Until recently, searching for help on highly technical programming problems has been a mess. A lot of what the search engines found was old discussions in forums, where you have a lot of wrong answers and out-of-date answers that you have to sift through yourself. You also found a lot of answers at sites that were hidden behind a pay wall, which uncloaked themselves for Google and then demanded membership fees to see the answers.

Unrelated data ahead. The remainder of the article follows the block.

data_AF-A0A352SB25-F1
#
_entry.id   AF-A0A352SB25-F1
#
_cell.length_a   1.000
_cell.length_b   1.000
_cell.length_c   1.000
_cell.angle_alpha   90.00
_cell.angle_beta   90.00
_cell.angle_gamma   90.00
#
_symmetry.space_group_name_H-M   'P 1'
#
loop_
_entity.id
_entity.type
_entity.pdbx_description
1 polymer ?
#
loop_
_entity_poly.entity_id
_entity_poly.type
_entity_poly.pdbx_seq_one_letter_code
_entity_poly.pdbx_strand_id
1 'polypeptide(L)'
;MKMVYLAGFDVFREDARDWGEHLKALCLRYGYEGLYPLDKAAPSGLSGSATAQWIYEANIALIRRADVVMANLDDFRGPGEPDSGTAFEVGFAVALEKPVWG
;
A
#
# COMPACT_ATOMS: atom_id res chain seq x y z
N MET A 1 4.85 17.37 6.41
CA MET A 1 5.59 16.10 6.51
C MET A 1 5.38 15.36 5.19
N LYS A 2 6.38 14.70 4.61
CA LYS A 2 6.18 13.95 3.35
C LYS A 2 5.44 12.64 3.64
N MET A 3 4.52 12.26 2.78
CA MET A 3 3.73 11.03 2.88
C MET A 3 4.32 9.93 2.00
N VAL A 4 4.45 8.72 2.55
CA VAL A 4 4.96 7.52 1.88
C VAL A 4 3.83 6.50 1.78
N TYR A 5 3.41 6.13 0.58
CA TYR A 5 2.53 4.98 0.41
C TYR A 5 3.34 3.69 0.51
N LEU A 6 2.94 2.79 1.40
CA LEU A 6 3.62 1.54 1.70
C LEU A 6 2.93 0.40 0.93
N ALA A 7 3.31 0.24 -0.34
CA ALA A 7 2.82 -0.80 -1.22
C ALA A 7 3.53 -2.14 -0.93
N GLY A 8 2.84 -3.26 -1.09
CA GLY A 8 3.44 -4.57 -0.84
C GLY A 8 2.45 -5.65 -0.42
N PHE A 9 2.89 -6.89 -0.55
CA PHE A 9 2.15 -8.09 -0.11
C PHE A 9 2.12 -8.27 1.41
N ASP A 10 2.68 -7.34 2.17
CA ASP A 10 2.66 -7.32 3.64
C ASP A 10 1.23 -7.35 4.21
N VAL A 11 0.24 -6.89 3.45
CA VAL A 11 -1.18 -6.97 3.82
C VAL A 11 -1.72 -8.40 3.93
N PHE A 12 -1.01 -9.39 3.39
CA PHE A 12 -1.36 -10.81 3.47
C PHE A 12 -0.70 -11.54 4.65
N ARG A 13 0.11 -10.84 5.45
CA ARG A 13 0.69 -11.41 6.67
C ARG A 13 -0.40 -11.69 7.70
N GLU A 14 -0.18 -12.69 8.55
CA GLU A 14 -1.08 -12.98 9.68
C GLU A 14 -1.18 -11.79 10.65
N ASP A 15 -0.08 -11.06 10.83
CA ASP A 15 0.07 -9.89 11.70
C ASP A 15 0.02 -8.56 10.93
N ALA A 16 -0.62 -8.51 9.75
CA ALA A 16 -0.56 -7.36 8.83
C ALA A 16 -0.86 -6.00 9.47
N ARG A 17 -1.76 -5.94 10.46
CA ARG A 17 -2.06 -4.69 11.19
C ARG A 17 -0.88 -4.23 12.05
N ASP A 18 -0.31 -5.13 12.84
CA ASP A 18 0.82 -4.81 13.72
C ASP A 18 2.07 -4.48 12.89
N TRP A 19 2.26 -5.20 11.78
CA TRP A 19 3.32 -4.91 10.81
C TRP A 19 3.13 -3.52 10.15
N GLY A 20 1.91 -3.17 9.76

StackOverflow.com is a programmer’s Q&A site that launched last September to address these problems. It incorporates more modern ideas about community such as voting and public editing, and even a few ideas from game design, to create a much more successful way to get help with programming problems. In a few short months, it has grown to 14 million page views a month and reaches 3 million unique programmers every month. The lessons we’ve learned in creating a successful Q&A site has many implications for search which I’ll share in this talk.

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